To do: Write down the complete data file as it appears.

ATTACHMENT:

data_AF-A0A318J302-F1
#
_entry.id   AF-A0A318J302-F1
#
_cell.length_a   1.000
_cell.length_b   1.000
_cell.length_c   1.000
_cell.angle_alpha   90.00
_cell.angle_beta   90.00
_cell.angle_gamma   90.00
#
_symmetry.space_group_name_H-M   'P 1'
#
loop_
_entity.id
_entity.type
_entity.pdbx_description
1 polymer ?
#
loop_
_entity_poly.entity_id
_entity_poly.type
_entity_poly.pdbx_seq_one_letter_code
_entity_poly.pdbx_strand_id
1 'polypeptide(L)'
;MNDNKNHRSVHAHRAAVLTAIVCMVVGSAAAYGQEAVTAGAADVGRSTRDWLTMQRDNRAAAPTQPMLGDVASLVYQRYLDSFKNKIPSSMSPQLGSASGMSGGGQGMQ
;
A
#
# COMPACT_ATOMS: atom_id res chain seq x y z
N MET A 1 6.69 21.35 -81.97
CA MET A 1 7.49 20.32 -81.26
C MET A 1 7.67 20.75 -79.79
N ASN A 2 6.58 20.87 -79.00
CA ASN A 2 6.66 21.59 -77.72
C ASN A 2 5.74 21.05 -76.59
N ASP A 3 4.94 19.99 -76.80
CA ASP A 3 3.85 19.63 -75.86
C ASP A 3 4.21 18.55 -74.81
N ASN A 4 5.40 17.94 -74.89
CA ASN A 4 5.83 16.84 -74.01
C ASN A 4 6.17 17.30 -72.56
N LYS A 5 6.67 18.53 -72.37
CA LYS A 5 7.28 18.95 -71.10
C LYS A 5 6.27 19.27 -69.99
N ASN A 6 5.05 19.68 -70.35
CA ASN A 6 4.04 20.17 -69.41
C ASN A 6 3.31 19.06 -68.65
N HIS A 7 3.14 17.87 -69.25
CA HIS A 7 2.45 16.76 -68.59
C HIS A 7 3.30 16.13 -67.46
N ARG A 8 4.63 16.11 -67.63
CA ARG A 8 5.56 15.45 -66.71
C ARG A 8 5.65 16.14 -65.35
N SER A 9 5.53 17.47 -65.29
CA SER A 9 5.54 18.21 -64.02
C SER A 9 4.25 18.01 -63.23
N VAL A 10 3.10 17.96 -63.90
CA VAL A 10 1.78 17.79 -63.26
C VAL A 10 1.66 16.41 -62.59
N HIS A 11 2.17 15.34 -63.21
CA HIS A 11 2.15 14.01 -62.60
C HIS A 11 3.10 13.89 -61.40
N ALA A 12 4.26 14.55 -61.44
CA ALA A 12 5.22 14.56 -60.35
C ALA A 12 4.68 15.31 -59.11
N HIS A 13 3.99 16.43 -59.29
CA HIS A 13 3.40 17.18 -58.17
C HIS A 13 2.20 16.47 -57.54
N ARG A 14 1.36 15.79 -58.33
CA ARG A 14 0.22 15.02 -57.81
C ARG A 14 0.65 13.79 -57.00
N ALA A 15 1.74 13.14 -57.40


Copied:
data_AF-A0A318J302-F1
#
_entry.id   AF-A0A318J302-F1
#
_cell.length_a   1.000
_cell.length_b   1.000
_cell.length_c   1.000
_cell.angle_alpha   90.00
_cell.angle_beta   90.00
_cell.angle_gamma   90.00
#
_symmetry.space_group_name_H-M   'P 1'
#
loop_
_entity.id
_entity.type
_entity.pdbx_description
1 polymer ?
#
loop_
_entity_poly.entity_id
_entity_poly.type
_entity_poly.pdbx_seq_one_letter_code
_entity_poly.pdbx_strand_id
1 'polypeptide(L)'
;MNDNKNHRSVHAHRAAVLTAIVCMVVGSAAAYGQEAVTAGAADVGRSTRDWLTMQRDNRAAAPTQPMLGDVASLVYQRYLDSFKNKIPSSMSPQLGSASGMSGGGQGMQ
;
A
#
# COMPACT_ATOMS: atom_id res chain seq x y z
N MET A 1 6.69 21.35 -81.97
CA MET A 1 7.49 20.32 -81.26
C MET A 1 7.67 20.75 -79.79
N ASN A 2 6.58 20.87 -79.00
CA ASN A 2 6.66 21.59 -77.72
C ASN A 2 5.74 21.05 -76.59
N ASP A 3 4.94 19.99 -76.80
CA ASP A 3 3.85 19.63 -75.86
C ASP A 3 4.21 18.55 -74.81
N ASN A 4 5.40 17.94 -74.89
CA ASN A 4 5.83 16.84 -74.01
C ASN A 4 6.17 17.30 -72.56
N LYS A 5 6.67 18.53 -72.37
CA LYS A 5 7.28 18.95 -71.10
C LYS A 5 6.27 19.27 -69.99
N ASN A 6 5.05 19.68 -70.35
CA ASN A 6 4.04 20.17 -69.41
C ASN A 6 3.31 19.06 -68.65
N HIS A 7 3.14 17.87 -69.25
CA HIS A 7 2.45 16.76 -68.59
C HIS A 7 3.30 16.13 -67.46
N ARG A 8 4.63 16.11 -67.63
CA ARG A 8 5.56 15.45 -66.71
C ARG A 8 5.65 16.14 -65.35
N SER A 9 5.53 17.47 -65.29
CA SER A 9 5.54 18.21 -64.02
C SER A 9 4.25 18.01 -63.23
N VAL A 10 3.10 17.96 -63.90
CA VAL A 10 1.78 17.79 -63.26
C VAL A 10 1.66 16.41 -62.59
N HIS A 11 2.17 15.34 -63.21
CA HIS A 11 2.15 14.01 -62.60
C HIS A 11 3.10 13.89 -61.40
N ALA A 12 4.26 14.55 -61.44
CA ALA A 12 5.22 14.56 -60.35
C ALA A 12 4.68 15.31 -59.11
N HIS A 13 3.99 16.43 -59.29
CA HIS A 13 3.40 17.18 -58.17
C HIS A 13 2.20 16.47 -57.54
N ARG A 14 1.36 15.79 -58.33
CA ARG A 14 0.22 15.02 -57.81
C ARG A 14 0.65 13.79 -57.00
N ALA A 15 1.74 13.14 -57.40